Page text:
The Israel Museum, Jerusalem
Fine Arts   Contemporary Art  
Contemporary Art
print   send to friend

Still / Moving

Through April 2011, Nathan Cummings Building for Modern and Contemporary Art, Edmond and Lily Safra Fine Arts Wing

The Israel Museum, Jerusalem, inaugurates the contemporary galleries of its new Edmond and Lily Safra Fine Arts Wing with Still / Moving, an exhibition exploring the use of slow and meditative movement in a range of mediums, including installation, video, and photography. Featuring 26 works from the Museum’s contemporary collection, by Carlos Amorales, Olafur Eliasson, Mona Hatoum, Ori Gersht, Aernout Mik, and Bill Viola, among others, Still / Moving showcases the international breadth, depth, and growth of the Israel Museum’s contemporary holdings – more than one-third of the works on view are recent acquisitions or gifts, and half have never before been on view at the Museum. The exhibition is one of a series of collection-based projects on view in the Museum’s renewed and reinstalled galleries beginning July 26, when the Museum opens its renewed and expanded campus to the public.

“With the inauguration of our renewed campus this summer, we are showcasing the richness of our encyclopedic holdings and featuring a number of exceptional new acquisitions and gifts that have recently entered our collections,” said James S. Snyder, Anne and Jerome Fisher Director of the Museum. “Since the beginning of our campus project in 2007, we have added substantially to our holdings in many collecting areas, with nearly 150 new acquisitions in modern and contemporary art alone.  We are eager to share these new additions with our public, and we consider Still / Moving a highlight among our inaugural displays.”

Each of the works in Still / Moving takes a different approach to motion as a medium for stimulating contemplation, exploring the power of slow movement to fascinate and even hypnotize and the ways in which movement can modify our perception of space and our experience of individual works of art. The exhibition, on view through April 2011, is curated by Suzanne Landau, Yulla and Jacques Lipchitz Chief Curator of Fine Arts and Landeau Family Curator of Contemporary Art.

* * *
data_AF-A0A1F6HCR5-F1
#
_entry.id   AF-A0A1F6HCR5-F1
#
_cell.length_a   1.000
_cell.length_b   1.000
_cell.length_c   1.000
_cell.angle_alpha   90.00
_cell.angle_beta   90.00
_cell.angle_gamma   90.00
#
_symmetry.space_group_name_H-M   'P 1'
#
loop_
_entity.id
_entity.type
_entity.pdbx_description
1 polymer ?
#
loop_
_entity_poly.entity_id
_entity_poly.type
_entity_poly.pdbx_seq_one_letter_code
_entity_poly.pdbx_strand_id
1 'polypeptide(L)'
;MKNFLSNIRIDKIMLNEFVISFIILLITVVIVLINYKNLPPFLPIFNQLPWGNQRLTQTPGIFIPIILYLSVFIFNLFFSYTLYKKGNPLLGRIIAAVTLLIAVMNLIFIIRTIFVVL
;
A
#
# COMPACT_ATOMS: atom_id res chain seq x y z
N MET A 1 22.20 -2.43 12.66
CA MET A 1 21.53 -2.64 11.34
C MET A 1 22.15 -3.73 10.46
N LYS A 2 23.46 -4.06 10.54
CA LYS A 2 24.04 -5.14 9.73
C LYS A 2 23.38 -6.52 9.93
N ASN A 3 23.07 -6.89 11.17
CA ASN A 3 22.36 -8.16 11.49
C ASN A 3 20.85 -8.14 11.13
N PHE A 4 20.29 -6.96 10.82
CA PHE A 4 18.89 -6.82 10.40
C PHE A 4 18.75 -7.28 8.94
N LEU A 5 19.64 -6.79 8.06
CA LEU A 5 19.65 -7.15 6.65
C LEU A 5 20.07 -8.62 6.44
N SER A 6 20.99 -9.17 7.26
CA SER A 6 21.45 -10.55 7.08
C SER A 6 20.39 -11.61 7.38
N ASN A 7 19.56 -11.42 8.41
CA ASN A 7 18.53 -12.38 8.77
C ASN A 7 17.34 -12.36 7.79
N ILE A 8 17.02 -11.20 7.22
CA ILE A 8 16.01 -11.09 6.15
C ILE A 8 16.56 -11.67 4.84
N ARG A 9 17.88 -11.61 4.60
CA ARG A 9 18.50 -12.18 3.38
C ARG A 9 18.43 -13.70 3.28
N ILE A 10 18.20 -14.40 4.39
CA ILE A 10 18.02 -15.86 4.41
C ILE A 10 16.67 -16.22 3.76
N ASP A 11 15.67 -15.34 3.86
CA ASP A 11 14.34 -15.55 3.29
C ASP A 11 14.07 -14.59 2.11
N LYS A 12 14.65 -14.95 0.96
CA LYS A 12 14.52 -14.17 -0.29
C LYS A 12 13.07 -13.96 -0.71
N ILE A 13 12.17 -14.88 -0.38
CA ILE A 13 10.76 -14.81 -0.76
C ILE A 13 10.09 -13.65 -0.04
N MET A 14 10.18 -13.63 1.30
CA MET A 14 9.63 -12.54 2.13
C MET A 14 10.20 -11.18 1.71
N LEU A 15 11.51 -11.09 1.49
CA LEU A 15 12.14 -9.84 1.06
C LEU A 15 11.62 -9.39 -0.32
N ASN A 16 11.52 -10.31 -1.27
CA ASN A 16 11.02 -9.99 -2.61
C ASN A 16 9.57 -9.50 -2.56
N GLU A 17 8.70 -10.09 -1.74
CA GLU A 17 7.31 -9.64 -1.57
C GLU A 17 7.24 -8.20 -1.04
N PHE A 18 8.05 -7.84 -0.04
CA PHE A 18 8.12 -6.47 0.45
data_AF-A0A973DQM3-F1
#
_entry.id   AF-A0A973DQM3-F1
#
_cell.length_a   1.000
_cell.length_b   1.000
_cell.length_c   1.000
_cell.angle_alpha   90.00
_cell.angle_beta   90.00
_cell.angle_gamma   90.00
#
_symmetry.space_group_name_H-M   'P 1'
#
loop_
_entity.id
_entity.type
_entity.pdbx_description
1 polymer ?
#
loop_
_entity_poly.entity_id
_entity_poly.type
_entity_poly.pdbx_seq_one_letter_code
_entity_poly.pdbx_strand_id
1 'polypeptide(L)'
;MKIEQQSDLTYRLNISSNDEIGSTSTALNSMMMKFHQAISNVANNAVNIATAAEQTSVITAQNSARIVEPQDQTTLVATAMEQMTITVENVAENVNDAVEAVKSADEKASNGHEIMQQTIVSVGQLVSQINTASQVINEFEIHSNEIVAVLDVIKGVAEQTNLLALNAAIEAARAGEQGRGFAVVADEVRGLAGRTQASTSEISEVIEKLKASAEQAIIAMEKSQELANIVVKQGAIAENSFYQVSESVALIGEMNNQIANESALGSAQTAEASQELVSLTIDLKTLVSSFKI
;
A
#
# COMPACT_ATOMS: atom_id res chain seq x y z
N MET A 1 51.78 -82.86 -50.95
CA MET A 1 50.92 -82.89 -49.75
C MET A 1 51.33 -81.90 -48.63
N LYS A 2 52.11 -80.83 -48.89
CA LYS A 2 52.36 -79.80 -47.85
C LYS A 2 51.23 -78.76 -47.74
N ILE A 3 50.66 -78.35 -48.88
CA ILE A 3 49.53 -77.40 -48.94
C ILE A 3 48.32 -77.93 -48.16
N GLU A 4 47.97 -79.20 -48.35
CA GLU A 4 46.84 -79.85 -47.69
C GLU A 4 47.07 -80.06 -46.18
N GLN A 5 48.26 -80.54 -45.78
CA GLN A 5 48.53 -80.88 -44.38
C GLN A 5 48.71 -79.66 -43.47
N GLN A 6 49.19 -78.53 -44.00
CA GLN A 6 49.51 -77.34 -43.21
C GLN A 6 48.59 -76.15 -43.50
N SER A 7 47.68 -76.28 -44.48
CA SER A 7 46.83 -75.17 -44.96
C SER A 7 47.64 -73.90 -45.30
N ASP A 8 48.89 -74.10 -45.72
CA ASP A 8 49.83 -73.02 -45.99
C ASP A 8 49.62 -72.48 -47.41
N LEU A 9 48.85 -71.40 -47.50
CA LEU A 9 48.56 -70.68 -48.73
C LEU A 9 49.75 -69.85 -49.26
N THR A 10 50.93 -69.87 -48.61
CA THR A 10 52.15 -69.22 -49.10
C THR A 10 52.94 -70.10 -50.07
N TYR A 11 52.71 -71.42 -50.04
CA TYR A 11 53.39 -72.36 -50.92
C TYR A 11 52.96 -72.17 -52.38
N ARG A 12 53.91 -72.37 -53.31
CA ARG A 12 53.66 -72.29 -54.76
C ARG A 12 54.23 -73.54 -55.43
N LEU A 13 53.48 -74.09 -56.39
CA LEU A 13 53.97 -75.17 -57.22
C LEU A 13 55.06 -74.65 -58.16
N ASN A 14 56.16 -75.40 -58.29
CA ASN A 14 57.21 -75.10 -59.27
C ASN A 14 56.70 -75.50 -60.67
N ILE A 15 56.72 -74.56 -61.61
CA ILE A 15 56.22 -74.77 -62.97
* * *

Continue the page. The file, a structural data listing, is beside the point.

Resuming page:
“Many artists have attempted to depict motion and to show movement over time – from Italian Futurist interpretations of a speeding automobile, through video artists’ transformation of the static image into a digital projection. Still / Moving explores how contemporary artists have approached the meditative aspect of slow movement and incorporated it into the experience of their works,” said Landau.

Still / Moving was inspired by two contemporary works in the collection that incorporate movement as a key element: Junya Ishigami’s newly acquired Table (2005) and Bill Viola’s An Instrument of Simple Sensation (1983), which has been in the Museum’s collection since 1995. Table, an ultra-thin, 9-meter-long (29.5-foot-long) steel tabletop, supported only at its two ends and adorned with a still-life of everyday objects, captivates the viewer as it undulates in slow motion. Drawing connections with the tradition of still-life painting, Ishigami’s piece is a “moving-life” that appears simultaneously to fight and cheat gravity. Viola’s An Instrument of Simple Sensation places visitors inside a metaphorical human body, centered around a monitor showing video images of an exposed and vulnerable heart whose beat reverberates throughout the exhibition space. Incorporating the experience of the observer as a component of the installation, this early Viola work features the contemplative approach to time and movement that characterizes his video art.

Other highlights of Still / Moving include:
• Peter Coffin’s Untitled (Free Jazz Mobile), 2008, composed of ten musical instruments – the same selection played in Ornette Coleman’s seminal 1960 recording Free Jazz: A Collective Improvisation – hovering just centimeters above the floor. Viewers walking around and through the mobile replace the musicians, causing random movements that echo the principles of chance that are so crucial to improvisational music.

• Carlos Amorales’ Black Cloud (latent studio), 2007, a monumental installation for which the artist selected 36 types of moths and replicated them in over 15,000 life-size black paper cutouts.  The black mass composed of delicate silhouettes plays with notions of beauty, wonder, attraction, and threat, and evokes one of the world’s most spectacular natural phenomena—the yearly migration of millions of monarch butterflies between Mexico and the United States and Canada.

• Rivane Neuenschwander’s Look who is coming it’s me (alarm floor), 2005, an interactive floor-and-sound installation inspired by Japanese “nightingale floors” – security devices designed to make a chirping sound when they are traversed. As they step across the floor, visitors activate instruments beneath the floorboards, creating different sounds with every step and becoming aware of their own movements as an integral part of the work itself.